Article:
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Forum: General Photography 01-10-2019, 06:21 AM  
Another “Put Down Your Camera” Article, This Time from The Independent
Posted By normhead
Replies: 21
Views: 1,479
The average phone photographer doesn't realize how much time it takes to set up the angle you want etc.
Forum: General Photography 12-28-2018, 11:18 AM  
Another “Put Down Your Camera” Article, This Time from The Independent
Posted By normhead
Replies: 21
Views: 1,479
Funny how the images of people in bars doing selfies never seem to make me want to drop what I'm doing and head for the bar. Half the time, I'd be ignoring that person even if they were in the room. I don't have any idea how I got so many facebook "friends."

The worst of course are relatives.... I feel obligated to have them on my friend list. It doesn't helpp that there are fundamentalist Christians sending me messages about you know who every second day. I love them, but i really don't want to hear from them.
Forum: General Photography 12-28-2018, 06:35 AM  
Another “Put Down Your Camera” Article, This Time from The Independent
Posted By normhead
Replies: 21
Views: 1,479
Several have died at Niagara Falls over the last few years, falling over the wall into the gorge.
Forum: General Photography 12-27-2018, 07:06 PM  
Another “Put Down Your Camera” Article, This Time from The Independent
Posted By normhead
Replies: 21
Views: 1,479
The artical is nonsense. Sure it might be possible to be so busy with the camera as to miss the moment. But it doesn't have to be that way. Taking pictures doesn't detract from your enjoyment of the moment unless you're fanatical about it, and more than a little obsessive.

Th problem with her analysis is the long term memory is pretty fluid. To the point that what you remember may not be what happened. There is no archival part of the mind that gives you the kind of total recall an image does. The simple fact is, memories for the most part are at best incomplete, and open to suggestion. They aren't a hard record of what was there. A photograph is.

And honestly, I find people who suggest I can't be in the moment while holding a camera to be quite irritating. The intimation is that they are wholly there, and I'm not. My answer to that is "prove it." It's quite possible I am both more in the moment than you are, and also taking pictures.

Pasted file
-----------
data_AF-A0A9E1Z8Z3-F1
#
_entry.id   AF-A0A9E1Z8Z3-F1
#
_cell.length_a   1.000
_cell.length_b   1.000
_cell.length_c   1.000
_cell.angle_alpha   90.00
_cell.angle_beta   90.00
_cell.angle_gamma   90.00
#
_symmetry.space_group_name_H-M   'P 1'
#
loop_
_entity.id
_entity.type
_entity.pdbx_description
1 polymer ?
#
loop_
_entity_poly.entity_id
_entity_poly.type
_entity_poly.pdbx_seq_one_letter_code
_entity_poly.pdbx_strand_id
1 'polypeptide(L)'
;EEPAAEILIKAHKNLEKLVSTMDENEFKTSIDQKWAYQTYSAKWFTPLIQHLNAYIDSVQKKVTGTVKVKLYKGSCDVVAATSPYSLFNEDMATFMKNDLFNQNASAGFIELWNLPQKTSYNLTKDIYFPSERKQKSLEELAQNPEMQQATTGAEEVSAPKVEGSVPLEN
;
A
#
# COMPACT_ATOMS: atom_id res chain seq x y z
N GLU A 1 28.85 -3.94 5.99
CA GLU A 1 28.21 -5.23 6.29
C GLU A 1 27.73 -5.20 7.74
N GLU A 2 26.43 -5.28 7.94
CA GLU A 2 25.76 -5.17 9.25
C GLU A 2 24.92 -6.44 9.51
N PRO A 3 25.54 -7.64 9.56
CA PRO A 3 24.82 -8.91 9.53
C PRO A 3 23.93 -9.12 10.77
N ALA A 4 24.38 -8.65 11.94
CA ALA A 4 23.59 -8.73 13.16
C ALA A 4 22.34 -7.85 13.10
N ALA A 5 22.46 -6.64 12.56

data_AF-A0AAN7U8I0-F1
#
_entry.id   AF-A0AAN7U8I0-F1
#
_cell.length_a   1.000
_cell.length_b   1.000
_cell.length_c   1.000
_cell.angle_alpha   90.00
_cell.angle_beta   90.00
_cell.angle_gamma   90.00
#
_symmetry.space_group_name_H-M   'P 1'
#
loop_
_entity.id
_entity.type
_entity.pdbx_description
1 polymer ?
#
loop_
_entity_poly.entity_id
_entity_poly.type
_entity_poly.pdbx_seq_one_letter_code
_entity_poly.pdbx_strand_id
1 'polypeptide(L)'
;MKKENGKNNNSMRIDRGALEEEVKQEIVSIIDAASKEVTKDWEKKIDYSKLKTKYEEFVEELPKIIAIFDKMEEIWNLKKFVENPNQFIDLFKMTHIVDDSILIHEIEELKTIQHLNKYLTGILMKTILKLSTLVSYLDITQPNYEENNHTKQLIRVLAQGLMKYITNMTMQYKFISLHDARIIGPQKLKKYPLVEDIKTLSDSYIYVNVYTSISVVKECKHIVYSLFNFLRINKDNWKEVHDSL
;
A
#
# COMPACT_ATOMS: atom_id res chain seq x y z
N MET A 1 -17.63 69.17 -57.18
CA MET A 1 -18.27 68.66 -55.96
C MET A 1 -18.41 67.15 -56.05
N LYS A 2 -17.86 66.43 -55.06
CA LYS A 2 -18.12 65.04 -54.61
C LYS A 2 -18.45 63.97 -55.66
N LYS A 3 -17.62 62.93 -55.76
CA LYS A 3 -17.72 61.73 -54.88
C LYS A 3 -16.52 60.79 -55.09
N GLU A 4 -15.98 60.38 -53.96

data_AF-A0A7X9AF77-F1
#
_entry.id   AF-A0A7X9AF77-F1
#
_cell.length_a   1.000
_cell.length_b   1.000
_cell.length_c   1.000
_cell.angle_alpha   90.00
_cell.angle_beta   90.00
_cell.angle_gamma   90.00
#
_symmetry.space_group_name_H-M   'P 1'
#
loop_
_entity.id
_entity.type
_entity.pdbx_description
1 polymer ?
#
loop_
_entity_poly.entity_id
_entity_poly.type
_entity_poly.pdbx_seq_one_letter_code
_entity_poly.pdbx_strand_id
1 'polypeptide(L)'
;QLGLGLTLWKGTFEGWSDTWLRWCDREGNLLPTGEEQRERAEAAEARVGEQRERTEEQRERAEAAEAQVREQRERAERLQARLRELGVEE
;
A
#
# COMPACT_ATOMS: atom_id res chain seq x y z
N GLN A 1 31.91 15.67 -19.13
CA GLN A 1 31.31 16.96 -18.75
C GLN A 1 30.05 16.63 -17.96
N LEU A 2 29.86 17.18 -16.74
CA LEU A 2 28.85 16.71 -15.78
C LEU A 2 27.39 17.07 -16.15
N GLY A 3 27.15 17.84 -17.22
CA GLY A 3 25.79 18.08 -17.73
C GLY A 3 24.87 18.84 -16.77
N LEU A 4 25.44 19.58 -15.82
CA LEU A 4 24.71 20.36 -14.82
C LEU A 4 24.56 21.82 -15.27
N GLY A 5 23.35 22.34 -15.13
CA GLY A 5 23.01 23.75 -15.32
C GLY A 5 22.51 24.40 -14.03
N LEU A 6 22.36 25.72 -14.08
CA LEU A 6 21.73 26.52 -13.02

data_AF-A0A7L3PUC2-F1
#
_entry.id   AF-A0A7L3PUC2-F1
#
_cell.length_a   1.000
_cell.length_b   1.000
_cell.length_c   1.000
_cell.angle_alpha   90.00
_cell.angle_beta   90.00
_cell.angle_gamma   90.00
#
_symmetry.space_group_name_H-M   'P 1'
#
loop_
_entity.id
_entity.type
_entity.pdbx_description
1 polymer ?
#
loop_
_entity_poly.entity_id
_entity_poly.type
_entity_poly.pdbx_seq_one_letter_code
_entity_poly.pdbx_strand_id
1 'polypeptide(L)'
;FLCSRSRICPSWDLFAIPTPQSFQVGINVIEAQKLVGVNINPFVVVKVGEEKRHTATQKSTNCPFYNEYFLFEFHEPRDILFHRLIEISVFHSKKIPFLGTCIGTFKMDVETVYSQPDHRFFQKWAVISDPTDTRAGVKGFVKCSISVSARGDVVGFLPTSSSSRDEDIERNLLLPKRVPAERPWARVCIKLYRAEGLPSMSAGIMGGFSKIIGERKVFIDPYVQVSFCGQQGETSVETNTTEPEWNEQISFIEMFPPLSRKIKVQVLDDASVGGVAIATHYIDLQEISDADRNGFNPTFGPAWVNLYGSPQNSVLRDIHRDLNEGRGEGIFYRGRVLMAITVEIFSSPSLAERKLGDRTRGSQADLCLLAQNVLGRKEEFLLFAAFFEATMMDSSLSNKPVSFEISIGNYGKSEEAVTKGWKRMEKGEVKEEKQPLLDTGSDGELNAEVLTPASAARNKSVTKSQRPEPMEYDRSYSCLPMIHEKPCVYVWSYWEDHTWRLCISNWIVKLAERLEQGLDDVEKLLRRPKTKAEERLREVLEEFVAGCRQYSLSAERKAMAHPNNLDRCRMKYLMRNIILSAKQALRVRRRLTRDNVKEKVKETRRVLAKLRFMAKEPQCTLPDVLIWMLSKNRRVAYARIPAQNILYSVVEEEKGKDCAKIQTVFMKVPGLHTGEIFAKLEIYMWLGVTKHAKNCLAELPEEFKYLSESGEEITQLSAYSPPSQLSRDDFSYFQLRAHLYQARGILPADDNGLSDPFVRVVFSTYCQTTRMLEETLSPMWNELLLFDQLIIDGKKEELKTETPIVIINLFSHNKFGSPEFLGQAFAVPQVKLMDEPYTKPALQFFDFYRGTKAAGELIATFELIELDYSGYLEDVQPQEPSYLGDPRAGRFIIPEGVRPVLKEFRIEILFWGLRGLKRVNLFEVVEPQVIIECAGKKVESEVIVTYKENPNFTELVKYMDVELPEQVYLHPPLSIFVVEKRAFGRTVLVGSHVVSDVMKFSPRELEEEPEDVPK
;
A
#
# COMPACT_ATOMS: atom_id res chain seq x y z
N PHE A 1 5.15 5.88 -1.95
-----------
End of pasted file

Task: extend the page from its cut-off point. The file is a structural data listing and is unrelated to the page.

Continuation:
This is such an obvious slight of hand....for many reasons.
The researcher didn't allow those who snapped the photograph the same amount of time with the object as those who just snapped a picture.
The researcher didn't allow people to look at the images they snapped when describing the object.
I guarantee you 10 years down the line, the guy who has just studied the image is going to remember a lot less about all 15 objects than the guy snapped a few images and reviewed them.

I can also guarantee that if I have as much time to study an object as someone else and just snap a quick photo to help refresh my memory, even two weeks later I will remember more.

This stands as another example of defining parameters of a study to prove a point, that isn't actually supported by the data.

It's academic hogwash. And it was the thought of having to endure a whole undergrad degree studying this kind of nonsense that had me abandon a career in psychology. Way to much sloppy research, way to many assumptions made on incomplete data. Way to many studies that sort of side stepped the issues the psychologists thought they were studying.

That being said , I had a short time to visit with my grand kids this year and I didn't pick up the camera. I completely understand wanting un-interrupted family time. But usually that's not the choice. Usually there's down time, and time for both.

The really silly thing about this article is that the main point is "don't spend all your time taking pictures, experience other things as well." Duh. Way to go Einstein. And the big revelation is that the author used to be so focussed on taking images that the world passed her by. That doesn't make any sense to me at all. I've had cameras since forever. I learned to both experience the world and document it. Maybe the author might want to give developing that skill a try.

I hate reading fly by night articles like this where the obvious thing is that the author needs to be trained in photography, not to ignore the world, but to increase their enjoyment and understanding of it. But I agree, there's no guarantee any cell phone user will necessarily develop those skills. Photography is like meditation. It takes some mental discipline, and some training, but in the end it enhances your world. But in todays world, everyone thinks "pick up a cell phone and you're a photographer." No training needed.

The whole point being, these psychologists can't really comment on photgraphy, because they aren't photographers. And they think everyone with cell phone is.

The other take away from this is. If you do have an intense family or group experience that will require your full attention, hire a pro. Just another one of the many alternative universes ignored by our ivory tower psychologists.
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